「野兎(のうさぎ)達は朝陽の下で約束をかわす」 (Nousagi-tachi wa Asahi no Shita de Yakusoku o Kawasu)
“The Hares Break a Promise Under the Morning Sun”
The first half was an absolute thrill, with BONES action, high flying emotions, and some actual suspense. Although, I am curious if a tennis ball in an armpit can really halt your heartbeat in your arm even momentarily, so I will try it later for science.
Victorique’s character continues to deliver with wit, laughs, and your daily dose of cuteness. She displays more facets of her personality this time, most of them belonging to her vulnerable side, but cleverly covers most of them up later as if they were acts. The hand holding, calling out to Kujou to stand by her, they all “apparently” had reasons. Though when death seems imminent, Victorique shows that she does care about Kujou, and her cries for him to not leave her alone were almost chilling. She’d never let him know that though, at least not out of a life or death situation. Kujou, of course, helps bring most of it out by being the man he is, and his moral code is strong. I have to say, those punches he laid out were just spectacular. Until the action started, I almost forgot this was a BONES show. Punches move with fluid speed, with water smashing against the opponent’s face, and then spraying outwards for impact. Felt like Hajime no Ippo for a second there.
And now, I’m going to spend a second paragraph on Victorique, because this is how I show my love. Near the end, she reveals a bit about her past, her relationship with Grevil, and her general current situation. A captive princess in a castle slash library, with an “evil” brother, and an “evil” mother, who isolated her in some deep part of the de blois mansion as she was the black sheep of the family. Take evil in the broadest terms, because at least Grevil, while still a major egotist, isn’t as douchey as he seems, yet. Victorique’s already an awesome character, so if you throw some broody past she had to deal with, you get some easy sympathy. Plus, she laughs at her own misfortune. I’d commend to that.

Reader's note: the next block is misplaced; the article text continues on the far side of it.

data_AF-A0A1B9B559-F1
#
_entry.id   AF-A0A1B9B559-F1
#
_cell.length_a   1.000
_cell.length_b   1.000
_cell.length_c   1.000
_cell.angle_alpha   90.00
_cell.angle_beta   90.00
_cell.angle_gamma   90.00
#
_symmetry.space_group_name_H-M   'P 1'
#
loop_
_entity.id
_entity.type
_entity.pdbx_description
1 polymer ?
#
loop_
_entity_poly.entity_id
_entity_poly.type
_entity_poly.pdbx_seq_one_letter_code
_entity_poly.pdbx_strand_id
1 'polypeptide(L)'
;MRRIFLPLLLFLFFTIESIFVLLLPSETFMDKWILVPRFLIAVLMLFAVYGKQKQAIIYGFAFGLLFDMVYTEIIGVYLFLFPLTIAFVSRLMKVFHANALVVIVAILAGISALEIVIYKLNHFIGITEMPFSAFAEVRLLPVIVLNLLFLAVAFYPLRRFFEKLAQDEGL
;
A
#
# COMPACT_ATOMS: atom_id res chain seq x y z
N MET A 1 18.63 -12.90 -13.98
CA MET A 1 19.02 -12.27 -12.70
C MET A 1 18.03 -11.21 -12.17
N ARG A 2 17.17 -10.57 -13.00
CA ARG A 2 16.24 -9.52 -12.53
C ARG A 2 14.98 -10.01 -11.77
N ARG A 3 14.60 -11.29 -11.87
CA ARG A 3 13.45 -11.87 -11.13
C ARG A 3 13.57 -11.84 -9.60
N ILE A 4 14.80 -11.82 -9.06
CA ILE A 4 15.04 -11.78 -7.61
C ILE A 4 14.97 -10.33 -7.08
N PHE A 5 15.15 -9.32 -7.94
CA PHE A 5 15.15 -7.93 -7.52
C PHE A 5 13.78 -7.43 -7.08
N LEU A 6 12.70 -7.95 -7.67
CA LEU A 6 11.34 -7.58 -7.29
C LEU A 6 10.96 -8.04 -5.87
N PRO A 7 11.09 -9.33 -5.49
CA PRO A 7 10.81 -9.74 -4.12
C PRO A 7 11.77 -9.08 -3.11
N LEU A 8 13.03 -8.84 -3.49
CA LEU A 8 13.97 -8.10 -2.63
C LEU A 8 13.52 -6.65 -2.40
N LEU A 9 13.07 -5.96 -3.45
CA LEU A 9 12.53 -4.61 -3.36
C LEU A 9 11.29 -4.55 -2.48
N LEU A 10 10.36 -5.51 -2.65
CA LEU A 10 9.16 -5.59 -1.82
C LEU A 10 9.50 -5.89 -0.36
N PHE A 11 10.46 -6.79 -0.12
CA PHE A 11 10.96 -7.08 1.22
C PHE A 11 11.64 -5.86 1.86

History lesson! The assassination of Archduke Franz Ferdinand, which if you remember from high school history class, pretty much led to the beginning of World War I. That’s the “big war” Victorique was referring to. It’s pretty much an alternate history take, where people used fortune tellers to predict who was going to win the war, leading to the creation of Queen Berry and the Hares. As for the mystery itself, it was either going to be Julie or Ned, but it kind of turned out to be both.
Julie’s quite the actress. I had to think about it before realizing Ned was the one that couldn’t recognize Julie, rather than the other way around. Skimming episode two, her and Ned’s reactions to things were so ambiguous, it’s almost like they were both fooling each other. So, Victorique knew Ned was the killer (even though he didn’t kill anyone up till then), Julie knew who Ned was (but couldn’t find a way to kill Ned without suspicion, hence the expression when she had to throw away her gun), Ned just resumed his role as the hunting dog probably out of psychosis, and Kujou.. became a man. It’s funny though, Ned probably died never realizing Julie was the one that set everything up, which would explain him throwing her aside, going straight after Victorique and Kujou. I did have one problem though. Julie wanted to set up the Queen Berry as a revenge system, and she invited everyone from the first Queen Berry that ran the thing, so why isn’t that elaborated upon in the end? Sure, it was only one episode ago, but bringing it up and connecting it to everything would have made a lot more impact than playing vague and smiling smugly at my face, forcing me to go back to episode two to confirm things. Still, it was a satisfactory mystery that actually tied itself up pretty well. I liked the connection with the maid being Lee, and how everything came full circle. A pretty good starter mystery, if anything.
Apparently they’re starting with a mystery from the manga next week, something that probably has to do with the new transfer student. I haven’t enjoyed such a crafted chemistry between two leads in a long time, and it has made GOSICK one of my favorite shows this season so far. The question is, do I want these mysteries to be spoon-fed to me, or do I want to have to do my own homework to understand it even more? Nothing wrong with either, but for the lazy man, give me the former!
Note: Actually, it’s not exactly clear whether or not Julie really knew who Ned was either. Ned was called “Huey” back then, and her words referring to that time were extremely ambiguous, at least in translated form. “After all, he didn’t have a pulse then either.” She could have either been using he as referring just to Huey, or connecting Ned to Huey as the same person. But then if she didn’t know, why did she invite “Ned”? Argh. It seems safer to assume she knew.